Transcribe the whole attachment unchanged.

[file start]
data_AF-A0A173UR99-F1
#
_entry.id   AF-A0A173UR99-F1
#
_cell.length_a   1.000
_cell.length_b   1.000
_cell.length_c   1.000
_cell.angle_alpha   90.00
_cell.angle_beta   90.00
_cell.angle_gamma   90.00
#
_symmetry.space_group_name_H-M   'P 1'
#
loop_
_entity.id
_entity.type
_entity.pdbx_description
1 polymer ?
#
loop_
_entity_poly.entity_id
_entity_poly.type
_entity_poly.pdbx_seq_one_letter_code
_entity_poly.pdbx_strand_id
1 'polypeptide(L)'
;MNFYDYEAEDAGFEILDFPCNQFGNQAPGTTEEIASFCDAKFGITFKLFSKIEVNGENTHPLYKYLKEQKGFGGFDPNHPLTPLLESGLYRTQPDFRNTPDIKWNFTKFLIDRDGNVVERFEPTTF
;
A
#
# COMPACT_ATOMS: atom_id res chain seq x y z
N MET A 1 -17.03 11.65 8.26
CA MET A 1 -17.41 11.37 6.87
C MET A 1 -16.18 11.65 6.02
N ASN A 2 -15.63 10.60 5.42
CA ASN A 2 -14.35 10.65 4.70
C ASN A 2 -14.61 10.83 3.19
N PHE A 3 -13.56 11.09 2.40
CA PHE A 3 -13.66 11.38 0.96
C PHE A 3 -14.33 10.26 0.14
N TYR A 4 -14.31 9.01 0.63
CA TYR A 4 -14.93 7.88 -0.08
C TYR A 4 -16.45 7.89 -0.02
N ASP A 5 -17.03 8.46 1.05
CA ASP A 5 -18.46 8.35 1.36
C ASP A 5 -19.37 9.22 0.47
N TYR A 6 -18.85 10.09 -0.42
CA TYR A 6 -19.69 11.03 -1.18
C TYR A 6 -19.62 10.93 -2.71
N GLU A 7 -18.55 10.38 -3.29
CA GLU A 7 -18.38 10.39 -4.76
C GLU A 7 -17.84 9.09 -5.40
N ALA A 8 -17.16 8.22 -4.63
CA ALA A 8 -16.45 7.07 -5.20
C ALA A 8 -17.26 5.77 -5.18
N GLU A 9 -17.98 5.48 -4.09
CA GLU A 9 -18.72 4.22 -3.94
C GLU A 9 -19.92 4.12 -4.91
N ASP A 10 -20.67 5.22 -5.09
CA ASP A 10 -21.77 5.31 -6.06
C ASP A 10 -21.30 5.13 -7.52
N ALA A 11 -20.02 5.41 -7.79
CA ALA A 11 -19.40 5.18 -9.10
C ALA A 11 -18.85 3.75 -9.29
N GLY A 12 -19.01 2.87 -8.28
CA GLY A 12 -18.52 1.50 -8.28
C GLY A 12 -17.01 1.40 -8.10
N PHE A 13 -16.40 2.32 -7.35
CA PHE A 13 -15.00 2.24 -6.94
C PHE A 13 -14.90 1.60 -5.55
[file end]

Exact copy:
data_AF-A0A173UR99-F1
#
_entry.id   AF-A0A173UR99-F1
#
_cell.length_a   1.000
_cell.length_b   1.000
_cell.length_c   1.000
_cell.angle_alpha   90.00
_cell.angle_beta   90.00
_cell.angle_gamma   90.00
#
_symmetry.space_group_name_H-M   'P 1'
#
loop_
_entity.id
_entity.type
_entity.pdbx_description
1 polymer ?
#
loop_
_entity_poly.entity_id
_entity_poly.type
_entity_poly.pdbx_seq_one_letter_code
_entity_poly.pdbx_strand_id
1 'polypeptide(L)'
;MNFYDYEAEDAGFEILDFPCNQFGNQAPGTTEEIASFCDAKFGITFKLFSKIEVNGENTHPLYKYLKEQKGFGGFDPNHPLTPLLESGLYRTQPDFRNTPDIKWNFTKFLIDRDGNVVERFEPTTF
;
A
#
# COMPACT_ATOMS: atom_id res chain seq x y z
N MET A 1 -17.03 11.65 8.26
CA MET A 1 -17.41 11.37 6.87
C MET A 1 -16.18 11.65 6.02
N ASN A 2 -15.63 10.60 5.42
CA ASN A 2 -14.35 10.65 4.70
C ASN A 2 -14.61 10.83 3.19
N PHE A 3 -13.56 11.09 2.40
CA PHE A 3 -13.66 11.38 0.96
C PHE A 3 -14.33 10.26 0.14
N TYR A 4 -14.31 9.01 0.63
CA TYR A 4 -14.93 7.88 -0.08
C TYR A 4 -16.45 7.89 -0.02
N ASP A 5 -17.03 8.46 1.05
CA ASP A 5 -18.46 8.35 1.36
C ASP A 5 -19.37 9.22 0.47
N TYR A 6 -18.85 10.09 -0.42
CA TYR A 6 -19.69 11.03 -1.18
C TYR A 6 -19.62 10.93 -2.71
N GLU A 7 -18.55 10.38 -3.29
CA GLU A 7 -18.38 10.39 -4.76
C GLU A 7 -17.84 9.09 -5.40
N ALA A 8 -17.16 8.22 -4.63
CA ALA A 8 -16.45 7.07 -5.20
C ALA A 8 -17.26 5.77 -5.18
N GLU A 9 -17.98 5.48 -4.09
CA GLU A 9 -18.72 4.22 -3.94
C GLU A 9 -19.92 4.12 -4.91
N ASP A 10 -20.67 5.22 -5.09
CA ASP A 10 -21.77 5.31 -6.06
C ASP A 10 -21.30 5.13 -7.52
N ALA A 11 -20.02 5.41 -7.79
CA ALA A 11 -19.40 5.18 -9.10
C ALA A 11 -18.85 3.75 -9.29
N GLY A 12 -19.01 2.87 -8.28
CA GLY A 12 -18.52 1.50 -8.28
C GLY A 12 -17.01 1.40 -8.10
N PHE A 13 -16.40 2.32 -7.35
CA PHE A 13 -15.00 2.24 -6.94
C PHE A 13 -14.90 1.60 -5.55